Despite all the debate over whether police brutality is as big a problem as the black community says it is, one thing most people agree on is we need police — some of us just want them to do better. But Black Lives Matter Founder Alicia Garza isn’t so sure we need law enforcement as we know it today at all.
Speaking to Complex about the protests that have ensued in Charlotte in the days since Keith Scott was killed, Garza spoke on the need for people to focus less on the protests and riots and more on the issues that led to them. “When people are systematically denied their right to adequate housing, adequate schools, to adequate food, to dignity—this is a response and a reaction that we should absolutely expect,” she shared. And while eliminating those problems could ultimately lead to a reduction in violence of all kinds throughout various communities, on the specific issue of police brutality, Garza proposed this solution:
“Ultimately, policing in and of itself is problematic. I know that in this country we give a lot of veneration to police. In the ethos of this country, police can do no wrong. And if and when police do wrong, it’s a case of individual bad apples, as opposed to a corroded and corrupt system… Quite frankly, many of our [Black Lives Matter] members are continuing to investigate what it would mean to have police-free communities. I think what we’ve continued to see over time is that no moral appeal is actually stopping the deaths of black people, whether they be armed or unarmed.”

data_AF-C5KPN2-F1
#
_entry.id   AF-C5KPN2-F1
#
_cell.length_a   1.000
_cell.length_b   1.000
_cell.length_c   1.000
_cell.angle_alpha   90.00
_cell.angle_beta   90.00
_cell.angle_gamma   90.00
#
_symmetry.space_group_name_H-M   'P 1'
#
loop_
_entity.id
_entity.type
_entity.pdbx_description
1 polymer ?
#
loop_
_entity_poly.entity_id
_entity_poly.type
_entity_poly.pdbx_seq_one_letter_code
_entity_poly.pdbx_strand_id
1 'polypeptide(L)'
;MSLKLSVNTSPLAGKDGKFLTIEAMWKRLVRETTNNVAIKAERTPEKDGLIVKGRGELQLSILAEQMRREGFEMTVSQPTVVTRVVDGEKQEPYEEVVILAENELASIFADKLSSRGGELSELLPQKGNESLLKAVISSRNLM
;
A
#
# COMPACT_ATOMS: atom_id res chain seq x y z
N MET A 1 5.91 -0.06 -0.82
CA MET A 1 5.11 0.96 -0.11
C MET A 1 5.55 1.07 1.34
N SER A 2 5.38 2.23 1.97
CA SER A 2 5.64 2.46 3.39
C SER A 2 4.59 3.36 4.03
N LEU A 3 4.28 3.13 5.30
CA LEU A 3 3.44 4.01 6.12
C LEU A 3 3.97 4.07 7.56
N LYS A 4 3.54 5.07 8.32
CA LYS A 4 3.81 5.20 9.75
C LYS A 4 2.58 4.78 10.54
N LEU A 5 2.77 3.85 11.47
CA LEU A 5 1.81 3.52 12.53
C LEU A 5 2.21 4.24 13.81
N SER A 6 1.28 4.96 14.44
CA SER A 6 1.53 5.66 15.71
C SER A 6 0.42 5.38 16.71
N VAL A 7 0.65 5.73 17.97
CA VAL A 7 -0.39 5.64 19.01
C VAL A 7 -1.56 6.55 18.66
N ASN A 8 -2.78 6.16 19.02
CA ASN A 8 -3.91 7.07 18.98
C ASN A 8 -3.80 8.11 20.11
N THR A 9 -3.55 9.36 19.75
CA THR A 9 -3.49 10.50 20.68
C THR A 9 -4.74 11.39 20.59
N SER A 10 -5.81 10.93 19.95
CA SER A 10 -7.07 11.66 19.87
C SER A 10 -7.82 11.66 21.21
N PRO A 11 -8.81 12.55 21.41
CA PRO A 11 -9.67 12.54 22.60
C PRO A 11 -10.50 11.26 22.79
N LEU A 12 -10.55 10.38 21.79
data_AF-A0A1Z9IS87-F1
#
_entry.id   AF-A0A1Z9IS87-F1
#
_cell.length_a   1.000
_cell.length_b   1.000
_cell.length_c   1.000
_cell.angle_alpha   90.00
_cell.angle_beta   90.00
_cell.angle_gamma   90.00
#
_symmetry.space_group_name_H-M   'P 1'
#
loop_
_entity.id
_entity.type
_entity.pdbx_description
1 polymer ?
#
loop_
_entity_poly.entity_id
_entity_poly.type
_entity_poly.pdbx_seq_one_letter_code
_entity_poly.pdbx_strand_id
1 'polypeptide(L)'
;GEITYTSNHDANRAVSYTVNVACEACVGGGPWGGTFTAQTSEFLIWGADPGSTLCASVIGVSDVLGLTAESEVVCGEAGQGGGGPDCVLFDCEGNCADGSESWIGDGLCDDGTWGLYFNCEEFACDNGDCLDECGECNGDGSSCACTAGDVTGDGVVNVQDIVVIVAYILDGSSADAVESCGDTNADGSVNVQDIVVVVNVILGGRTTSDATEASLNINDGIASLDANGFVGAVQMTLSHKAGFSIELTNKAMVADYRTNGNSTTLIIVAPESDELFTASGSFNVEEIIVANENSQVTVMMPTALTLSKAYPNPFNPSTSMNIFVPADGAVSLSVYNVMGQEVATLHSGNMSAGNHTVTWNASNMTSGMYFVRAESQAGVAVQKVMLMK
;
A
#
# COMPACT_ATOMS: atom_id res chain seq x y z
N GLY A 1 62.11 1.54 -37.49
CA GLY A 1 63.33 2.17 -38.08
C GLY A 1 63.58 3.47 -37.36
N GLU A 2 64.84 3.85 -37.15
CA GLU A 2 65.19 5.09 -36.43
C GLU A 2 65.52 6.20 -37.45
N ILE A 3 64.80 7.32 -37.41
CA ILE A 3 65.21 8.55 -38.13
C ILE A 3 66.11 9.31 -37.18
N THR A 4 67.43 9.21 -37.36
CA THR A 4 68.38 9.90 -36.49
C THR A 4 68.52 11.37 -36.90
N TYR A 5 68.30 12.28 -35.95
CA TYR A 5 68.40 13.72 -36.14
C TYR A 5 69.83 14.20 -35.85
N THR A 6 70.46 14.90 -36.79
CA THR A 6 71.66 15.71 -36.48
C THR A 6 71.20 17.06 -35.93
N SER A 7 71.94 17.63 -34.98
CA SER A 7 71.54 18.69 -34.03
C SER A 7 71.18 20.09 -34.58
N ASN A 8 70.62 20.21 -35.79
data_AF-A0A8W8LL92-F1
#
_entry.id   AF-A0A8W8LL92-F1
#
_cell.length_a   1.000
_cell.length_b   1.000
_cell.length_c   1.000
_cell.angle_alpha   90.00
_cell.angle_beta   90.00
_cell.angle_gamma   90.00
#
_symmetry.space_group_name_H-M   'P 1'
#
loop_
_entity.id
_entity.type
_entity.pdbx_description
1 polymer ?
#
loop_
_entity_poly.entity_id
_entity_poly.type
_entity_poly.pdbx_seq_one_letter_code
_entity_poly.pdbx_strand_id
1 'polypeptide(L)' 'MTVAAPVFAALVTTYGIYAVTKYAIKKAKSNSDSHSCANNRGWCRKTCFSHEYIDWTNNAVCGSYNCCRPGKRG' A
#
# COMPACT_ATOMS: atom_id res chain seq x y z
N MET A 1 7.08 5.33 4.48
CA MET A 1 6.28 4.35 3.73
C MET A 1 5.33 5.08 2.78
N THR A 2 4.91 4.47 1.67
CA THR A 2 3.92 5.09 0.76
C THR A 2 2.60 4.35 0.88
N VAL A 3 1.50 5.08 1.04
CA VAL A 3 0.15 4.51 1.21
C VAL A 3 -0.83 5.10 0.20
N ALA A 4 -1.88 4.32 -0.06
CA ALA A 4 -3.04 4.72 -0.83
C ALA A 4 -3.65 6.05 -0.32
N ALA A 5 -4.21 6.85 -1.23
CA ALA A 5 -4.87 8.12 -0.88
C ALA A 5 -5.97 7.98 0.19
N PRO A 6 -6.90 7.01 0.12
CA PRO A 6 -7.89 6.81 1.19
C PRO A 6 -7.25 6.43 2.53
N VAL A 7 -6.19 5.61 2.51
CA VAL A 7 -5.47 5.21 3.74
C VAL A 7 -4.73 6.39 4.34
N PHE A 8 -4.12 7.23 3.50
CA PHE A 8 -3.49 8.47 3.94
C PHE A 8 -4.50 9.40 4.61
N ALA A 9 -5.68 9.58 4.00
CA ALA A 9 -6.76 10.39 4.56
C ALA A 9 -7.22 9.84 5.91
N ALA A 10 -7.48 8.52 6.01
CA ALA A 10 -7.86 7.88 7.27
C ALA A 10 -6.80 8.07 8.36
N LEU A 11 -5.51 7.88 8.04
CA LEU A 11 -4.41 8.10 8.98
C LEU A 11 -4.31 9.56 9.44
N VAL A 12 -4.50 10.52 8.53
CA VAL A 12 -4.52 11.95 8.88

Though radical, Garza’s proposal isn’t completely novel or as far-fetched as it may seem on first listen. In fact, in December 2014, Rolling Stone put forth “6 Ideas for a Cop-Free World,” which included unarmed mediation and intervention teams to patrol neighborhoods, which currently exists in cities like Detroit and L.A.; decriminalization of almost every crime (along with economic and community programs); restorative justice, which means “spaces are created where accountability is understood as a community issue and the entire community, along with the so-called perpetrator and the victim of a given offense, try to restore and even transform everyone in the process;” direct democracy at a community level; community patrols; and mental health care.
Last November, The Takeaway also shared insight from a community experiment taking place in Liberty City, a predominantly black neighborhood in Miami “with a long history of policing issues,” on what society would look like without police.
George Ciccariello Maher, an associate professor of politics at Drexel University, concluded in an interview with WNYC:
“What’s clear is that a society without police would look radically different from what we have today, in part because it simply would not be the kind of unequal society—a society divided by great socioeconomic disparity and by racism—that we live in today. The police emerge precisely to deal with and to control those kinds of divisions in society.”
In other words, get rid of the disparities that lead to crime and you no longer have a need for men and women to police one another. Do you think American society could ever reach that point?